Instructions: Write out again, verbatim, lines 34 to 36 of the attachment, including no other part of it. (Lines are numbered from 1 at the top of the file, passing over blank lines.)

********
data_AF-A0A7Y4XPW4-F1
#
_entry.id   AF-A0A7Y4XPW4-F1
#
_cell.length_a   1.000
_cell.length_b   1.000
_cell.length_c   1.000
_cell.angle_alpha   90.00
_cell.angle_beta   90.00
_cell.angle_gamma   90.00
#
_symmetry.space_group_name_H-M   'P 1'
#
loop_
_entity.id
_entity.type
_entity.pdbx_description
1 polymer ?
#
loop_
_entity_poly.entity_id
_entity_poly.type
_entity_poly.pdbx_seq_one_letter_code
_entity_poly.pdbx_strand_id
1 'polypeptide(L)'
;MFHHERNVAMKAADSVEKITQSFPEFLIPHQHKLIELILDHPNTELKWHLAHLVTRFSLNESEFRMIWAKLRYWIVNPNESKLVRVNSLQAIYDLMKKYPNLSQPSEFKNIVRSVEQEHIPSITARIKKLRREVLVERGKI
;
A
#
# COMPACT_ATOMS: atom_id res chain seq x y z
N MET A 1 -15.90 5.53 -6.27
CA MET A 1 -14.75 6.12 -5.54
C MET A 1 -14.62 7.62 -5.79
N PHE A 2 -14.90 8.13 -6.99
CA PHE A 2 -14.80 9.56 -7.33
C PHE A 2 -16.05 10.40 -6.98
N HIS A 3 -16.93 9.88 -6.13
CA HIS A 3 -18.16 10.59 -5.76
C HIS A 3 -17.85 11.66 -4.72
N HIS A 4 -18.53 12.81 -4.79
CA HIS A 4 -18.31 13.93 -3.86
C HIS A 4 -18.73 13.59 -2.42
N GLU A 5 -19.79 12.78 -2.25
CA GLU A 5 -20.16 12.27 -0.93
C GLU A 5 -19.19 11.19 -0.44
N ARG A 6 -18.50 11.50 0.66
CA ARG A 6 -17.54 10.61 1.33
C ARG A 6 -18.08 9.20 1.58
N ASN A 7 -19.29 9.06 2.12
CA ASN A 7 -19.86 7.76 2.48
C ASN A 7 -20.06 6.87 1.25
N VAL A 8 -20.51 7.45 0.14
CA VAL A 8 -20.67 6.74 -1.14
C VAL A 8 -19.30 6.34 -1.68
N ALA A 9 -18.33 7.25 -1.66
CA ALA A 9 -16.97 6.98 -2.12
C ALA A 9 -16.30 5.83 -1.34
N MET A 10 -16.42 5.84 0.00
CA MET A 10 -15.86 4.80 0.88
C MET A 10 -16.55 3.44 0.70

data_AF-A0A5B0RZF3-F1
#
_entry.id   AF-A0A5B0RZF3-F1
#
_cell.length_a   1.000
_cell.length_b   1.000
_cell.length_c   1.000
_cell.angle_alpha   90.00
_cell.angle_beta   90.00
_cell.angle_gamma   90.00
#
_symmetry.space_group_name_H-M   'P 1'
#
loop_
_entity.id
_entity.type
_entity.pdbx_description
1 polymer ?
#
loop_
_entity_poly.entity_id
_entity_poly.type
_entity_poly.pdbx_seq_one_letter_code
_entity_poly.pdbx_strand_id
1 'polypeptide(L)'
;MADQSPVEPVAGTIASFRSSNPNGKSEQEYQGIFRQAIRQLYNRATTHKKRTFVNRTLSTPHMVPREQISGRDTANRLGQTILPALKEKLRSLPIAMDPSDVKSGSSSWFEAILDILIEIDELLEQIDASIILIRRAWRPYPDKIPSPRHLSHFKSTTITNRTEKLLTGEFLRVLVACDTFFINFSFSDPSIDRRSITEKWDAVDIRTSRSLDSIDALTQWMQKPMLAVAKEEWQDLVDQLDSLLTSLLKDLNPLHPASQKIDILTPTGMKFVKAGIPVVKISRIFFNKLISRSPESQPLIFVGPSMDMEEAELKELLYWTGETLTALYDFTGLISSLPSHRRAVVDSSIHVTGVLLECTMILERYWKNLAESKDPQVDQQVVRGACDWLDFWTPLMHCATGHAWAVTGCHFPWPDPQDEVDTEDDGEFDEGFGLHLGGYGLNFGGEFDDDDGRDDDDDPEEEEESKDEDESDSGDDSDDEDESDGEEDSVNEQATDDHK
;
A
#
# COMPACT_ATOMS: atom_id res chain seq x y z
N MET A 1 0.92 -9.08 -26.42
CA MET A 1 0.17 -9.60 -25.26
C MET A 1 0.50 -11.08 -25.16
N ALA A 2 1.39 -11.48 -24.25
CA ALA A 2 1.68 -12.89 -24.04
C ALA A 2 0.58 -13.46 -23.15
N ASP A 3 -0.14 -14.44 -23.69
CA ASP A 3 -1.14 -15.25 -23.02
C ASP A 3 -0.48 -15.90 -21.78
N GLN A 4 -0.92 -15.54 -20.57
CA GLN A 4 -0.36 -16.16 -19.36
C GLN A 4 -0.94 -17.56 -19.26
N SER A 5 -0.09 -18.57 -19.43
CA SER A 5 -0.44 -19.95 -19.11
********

N PHE A 2 -14.90 8.13 -6.99
CA PHE A 2 -14.80 9.56 -7.33
C PHE A 2 -16.05 10.40 -6.98